Regular resistance or strength training can help you build muscle strength, increase your bone density and improve your balance, coordination and stamina, and will help prevent falls. It can also help reduce the signs and symptoms of many chronic conditions too like arthritis, diabetes, high blood pressure, back pain, depression and obesity. And some studies even show that it helps improve cognitive function too. Here are some simple ways to help you get stronger.

Getting Started
After you get your doctor’s okay, consider working with a professional trainer or physical therapist for a few sessions to help you develop a safe and effective routine you can continue on your own. Or go to GrowingStronger.Nutrition.Tufts.edu for a free program from Tufts University in Boston and the Centers for Disease Control and Prevention.

Also see Go4Life.NIA.NIH.gov, a resource created by the National Institute on Aging that offers a free exercise guide that provides illustrated examples of exercises you can do at home to strengthen your body. You can order your free copies online or by calling 800-222-2225.

To improve your strength you have to keep stressing your muscles, so you’ll need to exercise at least two or three days a week for 30 to 45 minutes, and increase resistance and the number of repetitions over time. But be sure you give your muscles a day off between workouts. It makes the muscle stronger and more able to resist future injury.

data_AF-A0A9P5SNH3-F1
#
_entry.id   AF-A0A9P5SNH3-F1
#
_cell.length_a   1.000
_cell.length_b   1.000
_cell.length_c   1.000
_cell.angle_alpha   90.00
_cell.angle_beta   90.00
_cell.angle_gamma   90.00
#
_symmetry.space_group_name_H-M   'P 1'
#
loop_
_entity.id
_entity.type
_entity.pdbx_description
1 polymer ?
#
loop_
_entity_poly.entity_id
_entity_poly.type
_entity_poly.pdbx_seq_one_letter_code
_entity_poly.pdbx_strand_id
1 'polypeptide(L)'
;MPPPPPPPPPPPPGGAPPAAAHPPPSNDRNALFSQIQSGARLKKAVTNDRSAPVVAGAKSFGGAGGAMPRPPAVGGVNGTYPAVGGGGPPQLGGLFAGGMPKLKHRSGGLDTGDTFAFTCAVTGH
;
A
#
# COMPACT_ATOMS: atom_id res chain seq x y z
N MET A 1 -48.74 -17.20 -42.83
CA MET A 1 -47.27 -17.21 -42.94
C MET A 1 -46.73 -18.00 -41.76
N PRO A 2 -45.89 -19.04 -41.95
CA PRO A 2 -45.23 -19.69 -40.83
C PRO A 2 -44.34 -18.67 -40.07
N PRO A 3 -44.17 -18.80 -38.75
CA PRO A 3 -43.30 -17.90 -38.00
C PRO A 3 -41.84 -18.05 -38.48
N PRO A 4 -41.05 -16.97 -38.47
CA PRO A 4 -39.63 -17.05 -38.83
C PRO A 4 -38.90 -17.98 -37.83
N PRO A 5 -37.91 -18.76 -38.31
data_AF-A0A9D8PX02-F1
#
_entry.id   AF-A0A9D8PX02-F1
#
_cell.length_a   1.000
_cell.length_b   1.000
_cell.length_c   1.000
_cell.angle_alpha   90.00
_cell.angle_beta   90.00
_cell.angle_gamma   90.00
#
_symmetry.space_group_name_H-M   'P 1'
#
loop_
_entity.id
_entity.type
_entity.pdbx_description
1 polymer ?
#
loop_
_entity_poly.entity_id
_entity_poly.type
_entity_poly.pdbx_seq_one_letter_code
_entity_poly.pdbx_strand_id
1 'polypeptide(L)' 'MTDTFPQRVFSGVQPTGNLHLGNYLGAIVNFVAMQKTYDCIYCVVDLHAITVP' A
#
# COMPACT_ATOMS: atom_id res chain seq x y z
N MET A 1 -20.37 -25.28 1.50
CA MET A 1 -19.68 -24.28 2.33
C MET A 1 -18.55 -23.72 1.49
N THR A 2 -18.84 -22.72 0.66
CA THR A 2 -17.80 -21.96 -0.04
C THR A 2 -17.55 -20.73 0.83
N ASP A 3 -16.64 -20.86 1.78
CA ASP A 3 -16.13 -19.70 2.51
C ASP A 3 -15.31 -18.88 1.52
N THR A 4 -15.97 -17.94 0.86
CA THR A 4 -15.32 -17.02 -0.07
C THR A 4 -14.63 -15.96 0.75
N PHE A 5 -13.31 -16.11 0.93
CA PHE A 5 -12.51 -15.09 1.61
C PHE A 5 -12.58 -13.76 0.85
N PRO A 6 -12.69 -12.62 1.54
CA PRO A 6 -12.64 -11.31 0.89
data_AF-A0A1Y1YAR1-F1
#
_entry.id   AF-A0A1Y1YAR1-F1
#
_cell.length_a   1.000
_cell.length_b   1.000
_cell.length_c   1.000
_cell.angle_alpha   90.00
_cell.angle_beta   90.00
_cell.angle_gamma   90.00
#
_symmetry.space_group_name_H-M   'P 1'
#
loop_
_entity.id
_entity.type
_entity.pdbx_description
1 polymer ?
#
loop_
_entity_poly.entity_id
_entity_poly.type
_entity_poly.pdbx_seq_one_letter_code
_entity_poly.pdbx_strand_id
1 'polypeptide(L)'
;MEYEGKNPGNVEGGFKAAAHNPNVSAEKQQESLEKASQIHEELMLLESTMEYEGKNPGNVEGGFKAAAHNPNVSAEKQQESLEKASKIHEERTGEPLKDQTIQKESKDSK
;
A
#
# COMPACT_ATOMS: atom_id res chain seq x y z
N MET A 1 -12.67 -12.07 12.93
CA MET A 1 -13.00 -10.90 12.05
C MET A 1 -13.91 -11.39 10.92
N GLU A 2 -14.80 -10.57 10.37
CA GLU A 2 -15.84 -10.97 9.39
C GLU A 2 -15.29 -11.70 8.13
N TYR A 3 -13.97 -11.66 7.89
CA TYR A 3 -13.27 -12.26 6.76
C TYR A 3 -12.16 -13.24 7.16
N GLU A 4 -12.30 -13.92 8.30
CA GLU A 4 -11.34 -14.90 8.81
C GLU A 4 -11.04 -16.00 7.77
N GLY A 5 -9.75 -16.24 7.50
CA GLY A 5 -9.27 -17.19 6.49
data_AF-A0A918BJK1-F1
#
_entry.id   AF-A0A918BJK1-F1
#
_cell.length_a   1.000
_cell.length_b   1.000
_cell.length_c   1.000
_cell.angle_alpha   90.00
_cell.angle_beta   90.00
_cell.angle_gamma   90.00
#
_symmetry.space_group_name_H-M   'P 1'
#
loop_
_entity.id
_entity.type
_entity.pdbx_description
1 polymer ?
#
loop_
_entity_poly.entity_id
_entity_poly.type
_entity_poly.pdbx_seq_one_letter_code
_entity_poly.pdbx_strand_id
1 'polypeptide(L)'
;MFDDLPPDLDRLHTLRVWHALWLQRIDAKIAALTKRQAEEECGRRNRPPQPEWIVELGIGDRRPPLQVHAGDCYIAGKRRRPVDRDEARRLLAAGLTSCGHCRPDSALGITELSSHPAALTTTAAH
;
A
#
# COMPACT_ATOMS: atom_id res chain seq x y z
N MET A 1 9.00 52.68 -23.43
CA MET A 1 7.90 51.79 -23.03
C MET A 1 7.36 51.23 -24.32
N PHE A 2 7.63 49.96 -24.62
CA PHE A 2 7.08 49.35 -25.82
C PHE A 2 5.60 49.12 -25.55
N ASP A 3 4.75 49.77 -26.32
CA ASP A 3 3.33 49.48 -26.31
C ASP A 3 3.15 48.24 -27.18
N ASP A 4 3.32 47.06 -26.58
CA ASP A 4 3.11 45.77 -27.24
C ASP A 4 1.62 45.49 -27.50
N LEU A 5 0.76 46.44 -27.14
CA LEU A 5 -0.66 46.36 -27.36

Equipment
If you work out at home you’ll probably need to invest in some equipment. While some strength training can be done using your own body weight (like push-ups, sit-ups and leg squats), hand weights, ankle weights, medicine balls, resistance bands or rubber tubing, are all great tools for strength training. You can find all these products at sporting goods stores, or online at Amazon.com for around $10 or less. Cans of soup, water bottles or plastic milk containers filled with water or sand can also be used (like small hand weights) for resistance.